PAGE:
Other Articles from Tina Masai
Helping Children Cope with Divorce
Marriage is ideally an institution that is built on cultural and personal values: Starting a family, love, financial security, and lasting companionship.
Sometimes, the foundation for marriage can have a shaky start. This may contributes to major dissatisfaction in either or both partners and eventually lead to divorce. Such is the case when certain people who are neither very compatible nor share similar value systems start a life together.
In some marriages despite a good start, issues may begin to emerge. Addiction problems, financial challenges and infidelity are among these emerging issues.
With divorce looming, each member of the family develops their own way of coping, children included. This is all the more so since research shows that more than half of the marriages that end in divorce have children who are under 18.
Children are keen observers of conflict. They may react through external behavior such as a dip in school performance, aggression and isolating oneself. Some children may regress into past behavior such as bed wetting. It is not uncommon for even young children and toddlers to experience depression. Just as you experience a sense of loss, so do children.
In some instances, the children are the strongest advocates for divorce as is sometimes seen in violent homes.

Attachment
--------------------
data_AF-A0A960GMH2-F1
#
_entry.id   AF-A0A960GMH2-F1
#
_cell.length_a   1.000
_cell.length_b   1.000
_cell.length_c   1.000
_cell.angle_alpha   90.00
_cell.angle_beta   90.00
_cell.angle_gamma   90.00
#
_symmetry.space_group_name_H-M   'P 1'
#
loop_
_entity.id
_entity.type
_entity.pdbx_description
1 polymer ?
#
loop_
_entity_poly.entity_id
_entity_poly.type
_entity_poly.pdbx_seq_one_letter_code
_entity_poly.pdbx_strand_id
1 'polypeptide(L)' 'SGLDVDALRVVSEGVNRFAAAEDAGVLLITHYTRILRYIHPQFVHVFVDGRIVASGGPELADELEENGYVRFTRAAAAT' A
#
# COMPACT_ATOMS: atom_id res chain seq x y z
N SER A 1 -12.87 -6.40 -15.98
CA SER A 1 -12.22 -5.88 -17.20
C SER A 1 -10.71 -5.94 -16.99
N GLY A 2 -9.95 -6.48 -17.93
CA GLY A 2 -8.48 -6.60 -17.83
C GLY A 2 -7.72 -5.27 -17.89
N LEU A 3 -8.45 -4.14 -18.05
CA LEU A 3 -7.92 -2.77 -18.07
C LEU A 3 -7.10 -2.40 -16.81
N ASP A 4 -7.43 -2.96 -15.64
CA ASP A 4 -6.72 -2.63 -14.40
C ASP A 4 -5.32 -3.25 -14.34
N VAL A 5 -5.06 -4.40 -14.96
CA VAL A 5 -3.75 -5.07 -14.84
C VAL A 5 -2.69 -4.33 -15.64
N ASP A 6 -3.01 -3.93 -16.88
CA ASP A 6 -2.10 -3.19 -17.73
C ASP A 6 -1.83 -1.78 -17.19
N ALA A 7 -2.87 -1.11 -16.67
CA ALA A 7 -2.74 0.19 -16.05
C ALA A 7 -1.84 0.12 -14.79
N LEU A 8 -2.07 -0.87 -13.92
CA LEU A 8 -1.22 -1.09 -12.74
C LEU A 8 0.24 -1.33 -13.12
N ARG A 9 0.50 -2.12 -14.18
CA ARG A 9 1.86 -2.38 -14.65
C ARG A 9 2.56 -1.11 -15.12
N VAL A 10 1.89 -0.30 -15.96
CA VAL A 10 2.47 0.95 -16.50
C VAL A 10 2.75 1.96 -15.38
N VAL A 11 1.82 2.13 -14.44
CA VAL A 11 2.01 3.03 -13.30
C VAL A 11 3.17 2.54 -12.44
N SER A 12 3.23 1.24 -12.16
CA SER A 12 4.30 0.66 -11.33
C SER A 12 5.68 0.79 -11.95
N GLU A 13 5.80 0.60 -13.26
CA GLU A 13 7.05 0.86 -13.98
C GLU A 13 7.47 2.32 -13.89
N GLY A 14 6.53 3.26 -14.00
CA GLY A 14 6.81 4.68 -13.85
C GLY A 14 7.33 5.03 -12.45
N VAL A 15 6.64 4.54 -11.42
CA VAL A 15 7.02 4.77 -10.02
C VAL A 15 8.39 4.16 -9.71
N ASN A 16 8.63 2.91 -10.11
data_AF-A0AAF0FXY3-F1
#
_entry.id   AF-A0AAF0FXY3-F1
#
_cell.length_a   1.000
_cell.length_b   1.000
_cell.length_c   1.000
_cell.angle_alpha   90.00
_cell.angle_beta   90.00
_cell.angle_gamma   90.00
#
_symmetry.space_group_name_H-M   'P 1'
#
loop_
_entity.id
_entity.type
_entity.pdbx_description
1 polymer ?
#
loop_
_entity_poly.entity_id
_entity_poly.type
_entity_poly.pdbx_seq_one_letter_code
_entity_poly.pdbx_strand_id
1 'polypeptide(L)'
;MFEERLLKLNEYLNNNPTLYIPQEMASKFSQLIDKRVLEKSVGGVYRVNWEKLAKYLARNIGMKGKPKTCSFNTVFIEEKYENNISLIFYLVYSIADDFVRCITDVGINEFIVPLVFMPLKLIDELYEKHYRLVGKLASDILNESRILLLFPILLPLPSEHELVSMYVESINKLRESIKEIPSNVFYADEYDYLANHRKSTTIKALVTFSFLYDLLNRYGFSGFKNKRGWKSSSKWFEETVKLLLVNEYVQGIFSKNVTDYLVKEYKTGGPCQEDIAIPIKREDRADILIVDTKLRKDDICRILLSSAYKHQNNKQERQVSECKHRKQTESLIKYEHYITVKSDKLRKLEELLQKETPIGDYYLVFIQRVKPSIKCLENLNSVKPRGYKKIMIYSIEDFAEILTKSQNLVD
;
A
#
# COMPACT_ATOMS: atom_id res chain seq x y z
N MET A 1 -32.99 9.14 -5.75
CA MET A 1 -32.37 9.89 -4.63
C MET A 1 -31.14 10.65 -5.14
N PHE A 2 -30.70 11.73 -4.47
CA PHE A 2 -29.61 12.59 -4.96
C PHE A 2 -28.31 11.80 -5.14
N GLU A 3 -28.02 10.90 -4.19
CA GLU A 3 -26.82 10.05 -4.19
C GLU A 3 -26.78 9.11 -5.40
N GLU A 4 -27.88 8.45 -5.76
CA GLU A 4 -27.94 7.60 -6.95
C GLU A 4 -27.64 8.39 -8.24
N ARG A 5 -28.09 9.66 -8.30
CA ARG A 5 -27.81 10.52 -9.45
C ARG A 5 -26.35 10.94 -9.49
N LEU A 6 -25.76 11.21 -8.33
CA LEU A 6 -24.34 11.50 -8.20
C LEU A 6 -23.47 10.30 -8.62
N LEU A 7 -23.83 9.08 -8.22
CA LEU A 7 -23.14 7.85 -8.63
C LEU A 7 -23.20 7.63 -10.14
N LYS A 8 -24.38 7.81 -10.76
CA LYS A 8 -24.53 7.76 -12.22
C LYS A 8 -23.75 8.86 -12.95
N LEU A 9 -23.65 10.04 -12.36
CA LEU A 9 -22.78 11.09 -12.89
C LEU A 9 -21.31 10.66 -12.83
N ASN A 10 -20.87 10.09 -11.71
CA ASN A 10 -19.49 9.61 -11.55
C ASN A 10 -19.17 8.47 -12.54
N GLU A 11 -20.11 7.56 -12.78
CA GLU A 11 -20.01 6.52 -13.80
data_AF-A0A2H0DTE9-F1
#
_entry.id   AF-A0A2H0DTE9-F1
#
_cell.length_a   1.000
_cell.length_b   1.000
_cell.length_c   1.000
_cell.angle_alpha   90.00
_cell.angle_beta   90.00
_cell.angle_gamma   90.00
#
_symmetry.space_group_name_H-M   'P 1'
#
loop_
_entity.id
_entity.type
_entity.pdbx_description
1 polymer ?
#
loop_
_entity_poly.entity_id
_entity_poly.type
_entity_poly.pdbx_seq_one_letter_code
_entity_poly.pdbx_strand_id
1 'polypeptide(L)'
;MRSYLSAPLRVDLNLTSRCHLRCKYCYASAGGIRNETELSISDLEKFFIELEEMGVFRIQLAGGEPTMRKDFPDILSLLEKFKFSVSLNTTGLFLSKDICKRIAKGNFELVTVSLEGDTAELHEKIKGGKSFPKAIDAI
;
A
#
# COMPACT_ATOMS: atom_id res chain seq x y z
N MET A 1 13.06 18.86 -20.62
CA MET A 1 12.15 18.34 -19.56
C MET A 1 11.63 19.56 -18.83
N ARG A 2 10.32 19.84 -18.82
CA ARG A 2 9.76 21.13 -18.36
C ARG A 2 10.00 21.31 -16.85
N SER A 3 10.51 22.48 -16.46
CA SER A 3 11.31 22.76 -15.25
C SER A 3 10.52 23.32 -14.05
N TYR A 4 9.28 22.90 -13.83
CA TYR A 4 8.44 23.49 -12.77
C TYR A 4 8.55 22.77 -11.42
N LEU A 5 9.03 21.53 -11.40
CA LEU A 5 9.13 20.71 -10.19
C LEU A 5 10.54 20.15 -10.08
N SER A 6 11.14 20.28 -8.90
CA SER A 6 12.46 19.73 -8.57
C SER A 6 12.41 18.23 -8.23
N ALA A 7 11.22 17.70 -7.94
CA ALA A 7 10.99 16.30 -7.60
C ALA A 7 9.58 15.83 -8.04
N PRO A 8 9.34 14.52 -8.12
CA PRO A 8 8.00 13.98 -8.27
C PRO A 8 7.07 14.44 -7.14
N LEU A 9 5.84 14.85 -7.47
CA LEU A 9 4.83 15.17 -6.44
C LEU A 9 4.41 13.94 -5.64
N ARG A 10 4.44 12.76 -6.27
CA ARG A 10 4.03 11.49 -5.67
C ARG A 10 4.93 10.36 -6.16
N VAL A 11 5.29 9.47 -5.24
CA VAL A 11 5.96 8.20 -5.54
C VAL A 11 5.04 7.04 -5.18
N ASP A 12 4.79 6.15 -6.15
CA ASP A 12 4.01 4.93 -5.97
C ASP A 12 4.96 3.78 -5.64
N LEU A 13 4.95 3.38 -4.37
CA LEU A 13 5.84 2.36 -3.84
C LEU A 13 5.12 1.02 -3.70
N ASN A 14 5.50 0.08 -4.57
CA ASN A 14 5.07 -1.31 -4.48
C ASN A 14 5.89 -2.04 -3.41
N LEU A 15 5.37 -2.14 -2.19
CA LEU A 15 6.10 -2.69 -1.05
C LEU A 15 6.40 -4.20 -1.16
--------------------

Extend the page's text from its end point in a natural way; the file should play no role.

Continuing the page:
As you begin to rebuild your life and adjust to a new status, be aware that your child is doing the same. As you begin this process, engage your child. They may have questions; respond as is appropriate to their age. They do not have to know all that is going on, but you do owe them basic answers and explanations that they can understand.
To them, understanding why their lives have changed can open the door for dealing with their feelings.
This may also help mitigate negative external behaviour. Remember, your child is not your best friend. Do not burden them with your issues as a grown-up. Find friends with whom you can share this burden, out of earshot, and thereby allow children to be children. It may become easy to speak negatively about the other parent but never do so to the children or in their hearing.
Do your best to keep the child on a consistent routine.
That sense of order in their lives is invaluable in helping them adjust to a new life. Some children may have experienced a considerable amount of trauma that continues to affect them even after separation. Therapy is a useful option – if your budget allows or your insurance covers it, by all means get them seen by a child psychologist.
Take time for self-care. Remember, the well-being of the primary caregiver also affects the children. If you prioritize me-time, this will help your children directly.
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